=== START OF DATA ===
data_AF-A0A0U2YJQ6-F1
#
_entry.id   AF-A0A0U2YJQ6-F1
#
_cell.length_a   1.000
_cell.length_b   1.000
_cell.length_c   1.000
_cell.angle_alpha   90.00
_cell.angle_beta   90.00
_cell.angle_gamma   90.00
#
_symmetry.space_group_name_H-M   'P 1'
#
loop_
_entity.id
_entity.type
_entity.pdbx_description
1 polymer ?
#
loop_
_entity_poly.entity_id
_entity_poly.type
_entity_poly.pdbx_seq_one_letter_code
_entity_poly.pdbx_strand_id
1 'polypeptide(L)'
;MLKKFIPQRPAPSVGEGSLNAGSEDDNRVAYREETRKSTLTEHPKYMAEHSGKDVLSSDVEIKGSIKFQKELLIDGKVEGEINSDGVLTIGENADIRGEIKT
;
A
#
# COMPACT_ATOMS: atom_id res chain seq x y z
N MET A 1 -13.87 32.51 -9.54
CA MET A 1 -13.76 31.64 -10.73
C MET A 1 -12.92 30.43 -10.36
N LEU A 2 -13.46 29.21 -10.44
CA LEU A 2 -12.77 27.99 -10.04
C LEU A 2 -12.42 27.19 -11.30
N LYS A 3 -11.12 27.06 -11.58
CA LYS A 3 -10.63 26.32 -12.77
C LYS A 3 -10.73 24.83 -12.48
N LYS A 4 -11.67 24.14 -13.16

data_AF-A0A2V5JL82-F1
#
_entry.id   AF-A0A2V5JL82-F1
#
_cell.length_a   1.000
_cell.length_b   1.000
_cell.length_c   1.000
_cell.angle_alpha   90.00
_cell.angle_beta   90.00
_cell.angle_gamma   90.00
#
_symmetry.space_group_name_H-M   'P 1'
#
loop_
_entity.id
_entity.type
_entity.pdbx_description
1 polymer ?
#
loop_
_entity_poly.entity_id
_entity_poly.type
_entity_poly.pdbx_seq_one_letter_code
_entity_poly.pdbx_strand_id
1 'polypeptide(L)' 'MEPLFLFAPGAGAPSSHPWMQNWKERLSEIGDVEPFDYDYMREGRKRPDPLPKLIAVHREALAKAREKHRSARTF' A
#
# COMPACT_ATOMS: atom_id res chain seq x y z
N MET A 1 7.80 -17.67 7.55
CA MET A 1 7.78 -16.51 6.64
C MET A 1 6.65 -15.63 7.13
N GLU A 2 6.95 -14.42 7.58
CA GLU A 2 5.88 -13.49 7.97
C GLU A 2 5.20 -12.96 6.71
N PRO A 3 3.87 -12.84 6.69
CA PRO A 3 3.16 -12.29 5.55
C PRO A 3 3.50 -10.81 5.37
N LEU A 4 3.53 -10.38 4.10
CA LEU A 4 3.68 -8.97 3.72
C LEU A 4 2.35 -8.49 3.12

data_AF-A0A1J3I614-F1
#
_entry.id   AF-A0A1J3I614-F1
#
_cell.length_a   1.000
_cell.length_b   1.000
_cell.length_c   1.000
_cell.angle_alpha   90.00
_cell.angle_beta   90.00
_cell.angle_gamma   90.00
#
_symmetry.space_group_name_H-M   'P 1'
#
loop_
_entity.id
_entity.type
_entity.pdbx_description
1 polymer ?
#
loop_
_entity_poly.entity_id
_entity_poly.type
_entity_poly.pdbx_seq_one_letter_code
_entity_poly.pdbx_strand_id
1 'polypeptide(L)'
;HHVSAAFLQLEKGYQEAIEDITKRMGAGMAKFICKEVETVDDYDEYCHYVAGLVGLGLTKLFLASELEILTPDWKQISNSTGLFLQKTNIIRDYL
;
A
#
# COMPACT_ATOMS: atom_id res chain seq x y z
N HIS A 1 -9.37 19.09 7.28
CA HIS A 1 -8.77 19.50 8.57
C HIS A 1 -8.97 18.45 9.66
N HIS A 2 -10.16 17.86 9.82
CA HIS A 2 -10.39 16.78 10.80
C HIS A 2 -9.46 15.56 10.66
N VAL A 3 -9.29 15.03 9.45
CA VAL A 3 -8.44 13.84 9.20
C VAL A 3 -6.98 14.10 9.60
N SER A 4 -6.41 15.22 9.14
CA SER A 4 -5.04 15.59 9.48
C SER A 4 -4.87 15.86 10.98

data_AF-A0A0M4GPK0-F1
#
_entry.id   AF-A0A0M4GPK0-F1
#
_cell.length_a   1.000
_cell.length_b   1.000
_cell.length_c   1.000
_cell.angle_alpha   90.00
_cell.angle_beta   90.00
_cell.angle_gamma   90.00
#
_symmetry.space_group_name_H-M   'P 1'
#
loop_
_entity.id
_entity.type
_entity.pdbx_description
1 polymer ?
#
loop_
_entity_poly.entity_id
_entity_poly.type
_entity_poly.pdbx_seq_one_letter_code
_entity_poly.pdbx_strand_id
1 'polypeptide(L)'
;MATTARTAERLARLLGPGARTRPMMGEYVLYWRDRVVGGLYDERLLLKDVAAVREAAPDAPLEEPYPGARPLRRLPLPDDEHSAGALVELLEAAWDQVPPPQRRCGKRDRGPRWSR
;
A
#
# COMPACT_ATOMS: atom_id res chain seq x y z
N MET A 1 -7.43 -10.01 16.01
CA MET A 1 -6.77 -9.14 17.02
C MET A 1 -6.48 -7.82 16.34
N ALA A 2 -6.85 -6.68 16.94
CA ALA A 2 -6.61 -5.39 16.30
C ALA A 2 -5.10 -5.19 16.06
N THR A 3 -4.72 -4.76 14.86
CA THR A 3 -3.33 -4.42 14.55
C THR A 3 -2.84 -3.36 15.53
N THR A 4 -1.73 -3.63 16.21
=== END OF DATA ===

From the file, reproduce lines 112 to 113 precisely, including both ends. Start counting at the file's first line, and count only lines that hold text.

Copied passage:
C HIS A 1 -8.97 18.45 9.66
N HIS A 2 -10.16 17.86 9.82